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Publisher's Summary

Throughout history, Christians have debated Paul's influence in the church. Though revered, Paul has also been controversial. Apocryphal writings by Peter and James charge Paul with being a tool of Satan. In later centuries, Paul was scorned by such writers as Thomas Jefferson, George Bernard Shaw, and Nietzsche.

In this masterly analysis, Pulitzer Prize-winning author Garry Wills chronicles Paul's tremendous influence on the first explosion of Christian belief, the controversy surrounding Paul through the centuries, and the meaning of his words. He argues eloquently that what Paul meant was not contrary to what Jesus meant. Rather, the best way to know Jesus is to discover Paul. Unlike the Gospel writers, who carefully shaped their narratives many decades after Jesus' life, Paul wrote in the heat of the moment, offering the best reflection of those early times.

©2006 Garry Wills; (P)2006 Blackstone Audio Inc.

Critic Reviews

"[D]azzlingly enlightening." (Booklist)
"[A] foremost Catholic intellectual." (Chicago Tribune)
"Provocative yet helpful, this book is sure to create a buzz." (Publishers Weekly)
"[Wills] is simply the most astute Catholic writer in America today." (Boston Globe)

What members say

Average Customer Ratings

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  • Overall

Thoughtful

I felt as though I had entered a conversation midway through and spent the book trying to catch up. In the end the author does distill what he believes Paul meant into several concise lines; but the chapters up until that revelation were grueling and disturbing. A great deal of stress was placed on Nero's sadism and the internal battles between christians and disciples.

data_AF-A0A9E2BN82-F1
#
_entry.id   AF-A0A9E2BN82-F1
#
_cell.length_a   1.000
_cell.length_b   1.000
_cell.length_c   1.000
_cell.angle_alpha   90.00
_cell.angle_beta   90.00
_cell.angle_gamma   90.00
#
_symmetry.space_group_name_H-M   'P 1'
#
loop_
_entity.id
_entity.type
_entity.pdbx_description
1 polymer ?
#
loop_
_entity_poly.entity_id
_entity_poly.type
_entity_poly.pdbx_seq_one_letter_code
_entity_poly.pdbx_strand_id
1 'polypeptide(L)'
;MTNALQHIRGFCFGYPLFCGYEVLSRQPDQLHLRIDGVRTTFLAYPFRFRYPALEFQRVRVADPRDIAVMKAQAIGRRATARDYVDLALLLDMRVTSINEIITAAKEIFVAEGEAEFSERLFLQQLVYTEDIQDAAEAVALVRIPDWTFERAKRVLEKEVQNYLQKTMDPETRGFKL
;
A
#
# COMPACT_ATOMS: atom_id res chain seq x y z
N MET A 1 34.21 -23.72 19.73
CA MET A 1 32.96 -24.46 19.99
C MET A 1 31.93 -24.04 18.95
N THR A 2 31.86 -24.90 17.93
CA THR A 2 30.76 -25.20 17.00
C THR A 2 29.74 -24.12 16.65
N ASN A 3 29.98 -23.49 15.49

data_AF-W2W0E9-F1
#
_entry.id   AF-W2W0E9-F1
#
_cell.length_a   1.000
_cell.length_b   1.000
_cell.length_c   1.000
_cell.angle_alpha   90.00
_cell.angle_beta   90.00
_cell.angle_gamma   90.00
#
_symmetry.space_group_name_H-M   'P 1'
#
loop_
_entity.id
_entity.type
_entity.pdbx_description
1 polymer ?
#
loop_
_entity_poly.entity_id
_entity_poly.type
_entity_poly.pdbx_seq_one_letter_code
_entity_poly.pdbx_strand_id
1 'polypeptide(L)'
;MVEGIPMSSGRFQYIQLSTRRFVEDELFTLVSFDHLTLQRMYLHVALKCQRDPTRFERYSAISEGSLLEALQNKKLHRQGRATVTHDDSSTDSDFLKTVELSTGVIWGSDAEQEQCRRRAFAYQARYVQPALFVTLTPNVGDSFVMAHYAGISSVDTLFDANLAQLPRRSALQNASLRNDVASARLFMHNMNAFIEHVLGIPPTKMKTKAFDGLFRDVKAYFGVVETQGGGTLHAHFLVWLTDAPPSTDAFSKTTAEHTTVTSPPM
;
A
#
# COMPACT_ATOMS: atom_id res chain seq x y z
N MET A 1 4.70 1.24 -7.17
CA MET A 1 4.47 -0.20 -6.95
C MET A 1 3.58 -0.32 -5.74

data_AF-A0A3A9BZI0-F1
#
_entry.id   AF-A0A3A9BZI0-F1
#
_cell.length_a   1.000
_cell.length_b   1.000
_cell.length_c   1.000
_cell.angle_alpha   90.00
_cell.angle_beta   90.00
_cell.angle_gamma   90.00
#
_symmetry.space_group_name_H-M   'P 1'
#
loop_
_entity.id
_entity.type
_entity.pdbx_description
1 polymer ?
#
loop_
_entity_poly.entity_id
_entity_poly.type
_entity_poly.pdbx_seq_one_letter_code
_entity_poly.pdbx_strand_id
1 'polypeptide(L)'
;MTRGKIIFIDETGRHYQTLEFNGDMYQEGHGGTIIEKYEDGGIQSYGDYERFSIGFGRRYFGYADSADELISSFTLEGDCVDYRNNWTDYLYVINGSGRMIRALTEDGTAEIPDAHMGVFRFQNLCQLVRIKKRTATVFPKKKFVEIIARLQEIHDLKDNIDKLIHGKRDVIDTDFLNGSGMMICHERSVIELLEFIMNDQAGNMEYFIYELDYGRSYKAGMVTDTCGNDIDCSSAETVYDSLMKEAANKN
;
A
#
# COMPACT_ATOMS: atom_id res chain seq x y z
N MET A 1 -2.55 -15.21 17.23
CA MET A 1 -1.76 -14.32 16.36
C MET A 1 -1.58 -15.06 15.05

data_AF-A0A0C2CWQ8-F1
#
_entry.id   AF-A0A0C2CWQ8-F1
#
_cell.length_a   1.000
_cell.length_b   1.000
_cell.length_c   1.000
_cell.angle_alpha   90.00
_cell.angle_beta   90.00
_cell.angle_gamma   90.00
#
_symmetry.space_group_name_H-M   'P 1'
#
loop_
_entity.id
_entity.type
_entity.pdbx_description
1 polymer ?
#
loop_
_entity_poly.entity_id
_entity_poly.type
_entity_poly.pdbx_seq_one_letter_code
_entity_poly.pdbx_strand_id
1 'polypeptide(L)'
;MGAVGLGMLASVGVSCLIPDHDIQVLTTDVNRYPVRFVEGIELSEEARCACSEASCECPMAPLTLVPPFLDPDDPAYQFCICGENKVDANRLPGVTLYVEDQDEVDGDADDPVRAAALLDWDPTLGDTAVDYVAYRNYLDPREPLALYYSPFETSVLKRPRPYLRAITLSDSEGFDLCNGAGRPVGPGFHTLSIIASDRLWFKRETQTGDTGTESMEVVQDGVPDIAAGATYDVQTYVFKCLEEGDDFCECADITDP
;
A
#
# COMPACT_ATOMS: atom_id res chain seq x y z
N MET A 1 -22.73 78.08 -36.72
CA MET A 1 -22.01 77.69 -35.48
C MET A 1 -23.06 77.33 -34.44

36 of 41 people found this review helpful

  • Overall
  • Performance
  • Story

Excellent!

I found it much easier to follow as Wills reads it. Dense. Marvelous. Try it.

  • Overall
  • Roy
  • Beaumont, TX, United States
  • 05-05-09

A Companion to What Jesus Meant

Garry Wills in "What Paul Meant" places the Christian Saint in historical context. In this volume he deals with Paul's approach to the Gospel contending that Paul did not convert to Christianity because it did not yet exist. Further he explains the implications of that fact by answering questions like was Paul guilty of anti-Seminitism? and didn't he denegrate women?

Written in the same spirit as "What Jesus Meant" this book will be informative to believer and interested sceptic alike. It is well written and expertly read.

1 of 3 people found this review helpful